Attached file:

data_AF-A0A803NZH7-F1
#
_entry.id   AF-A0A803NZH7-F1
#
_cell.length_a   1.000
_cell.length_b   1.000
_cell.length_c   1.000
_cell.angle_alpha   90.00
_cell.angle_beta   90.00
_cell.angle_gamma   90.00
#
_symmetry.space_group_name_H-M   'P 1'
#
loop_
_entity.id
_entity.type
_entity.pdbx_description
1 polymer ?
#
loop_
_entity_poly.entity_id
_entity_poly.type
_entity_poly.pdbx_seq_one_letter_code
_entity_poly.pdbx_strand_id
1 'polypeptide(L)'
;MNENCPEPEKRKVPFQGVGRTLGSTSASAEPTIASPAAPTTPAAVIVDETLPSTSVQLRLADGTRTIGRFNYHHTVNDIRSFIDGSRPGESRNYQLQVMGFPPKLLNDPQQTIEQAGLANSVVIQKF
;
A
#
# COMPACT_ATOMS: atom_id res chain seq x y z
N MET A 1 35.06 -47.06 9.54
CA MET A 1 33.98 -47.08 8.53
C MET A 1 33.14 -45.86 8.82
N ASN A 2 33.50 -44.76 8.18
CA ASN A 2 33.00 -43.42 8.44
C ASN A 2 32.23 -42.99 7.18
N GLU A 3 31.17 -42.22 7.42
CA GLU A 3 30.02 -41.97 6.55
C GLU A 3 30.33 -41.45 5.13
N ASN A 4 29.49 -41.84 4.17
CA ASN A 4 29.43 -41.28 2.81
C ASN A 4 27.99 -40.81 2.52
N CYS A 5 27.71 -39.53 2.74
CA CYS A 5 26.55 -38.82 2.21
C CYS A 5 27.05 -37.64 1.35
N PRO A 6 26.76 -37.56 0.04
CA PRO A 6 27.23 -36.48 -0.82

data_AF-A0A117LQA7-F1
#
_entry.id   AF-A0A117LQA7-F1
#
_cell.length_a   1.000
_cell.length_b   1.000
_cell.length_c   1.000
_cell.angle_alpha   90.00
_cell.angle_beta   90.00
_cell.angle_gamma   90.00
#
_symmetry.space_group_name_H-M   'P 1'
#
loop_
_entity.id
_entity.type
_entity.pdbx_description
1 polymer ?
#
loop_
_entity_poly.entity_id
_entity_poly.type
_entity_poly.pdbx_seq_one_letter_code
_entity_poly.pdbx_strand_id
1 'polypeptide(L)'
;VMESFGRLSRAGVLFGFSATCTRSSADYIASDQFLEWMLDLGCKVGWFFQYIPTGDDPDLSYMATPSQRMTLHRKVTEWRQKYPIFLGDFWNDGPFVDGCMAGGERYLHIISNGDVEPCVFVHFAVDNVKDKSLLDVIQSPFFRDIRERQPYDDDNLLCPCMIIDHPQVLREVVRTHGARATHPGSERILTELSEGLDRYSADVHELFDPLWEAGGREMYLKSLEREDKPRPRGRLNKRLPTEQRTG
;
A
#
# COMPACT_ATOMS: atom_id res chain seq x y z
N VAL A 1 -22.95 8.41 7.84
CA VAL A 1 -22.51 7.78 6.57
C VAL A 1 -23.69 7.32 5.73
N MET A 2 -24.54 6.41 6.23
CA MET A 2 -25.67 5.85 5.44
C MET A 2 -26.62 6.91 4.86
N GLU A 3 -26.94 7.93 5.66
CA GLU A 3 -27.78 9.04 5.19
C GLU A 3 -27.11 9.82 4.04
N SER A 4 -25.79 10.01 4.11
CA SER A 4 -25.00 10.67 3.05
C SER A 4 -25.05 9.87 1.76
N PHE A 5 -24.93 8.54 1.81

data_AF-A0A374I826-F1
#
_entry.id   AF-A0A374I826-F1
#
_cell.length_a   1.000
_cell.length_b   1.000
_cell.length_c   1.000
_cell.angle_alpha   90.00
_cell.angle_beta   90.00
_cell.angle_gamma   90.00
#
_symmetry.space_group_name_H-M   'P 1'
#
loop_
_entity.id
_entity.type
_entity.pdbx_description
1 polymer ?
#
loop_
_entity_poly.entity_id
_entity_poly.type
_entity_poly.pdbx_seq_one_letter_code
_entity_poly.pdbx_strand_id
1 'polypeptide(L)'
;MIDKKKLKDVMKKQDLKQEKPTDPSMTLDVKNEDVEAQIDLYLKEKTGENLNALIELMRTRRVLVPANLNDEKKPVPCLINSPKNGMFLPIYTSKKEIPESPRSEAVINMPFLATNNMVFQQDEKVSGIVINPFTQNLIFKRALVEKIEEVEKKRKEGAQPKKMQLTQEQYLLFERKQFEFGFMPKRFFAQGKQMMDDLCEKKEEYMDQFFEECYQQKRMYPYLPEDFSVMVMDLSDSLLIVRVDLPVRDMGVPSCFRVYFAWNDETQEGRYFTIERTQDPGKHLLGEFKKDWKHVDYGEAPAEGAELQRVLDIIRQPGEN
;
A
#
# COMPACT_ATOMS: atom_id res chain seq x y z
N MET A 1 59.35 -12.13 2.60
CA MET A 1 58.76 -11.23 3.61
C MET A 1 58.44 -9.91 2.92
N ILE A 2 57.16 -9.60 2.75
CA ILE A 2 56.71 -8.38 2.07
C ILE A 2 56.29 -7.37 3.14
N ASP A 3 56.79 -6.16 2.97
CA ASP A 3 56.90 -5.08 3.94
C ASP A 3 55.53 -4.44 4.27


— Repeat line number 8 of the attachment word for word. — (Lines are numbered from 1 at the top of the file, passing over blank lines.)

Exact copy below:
_cell.angle_alpha   90.00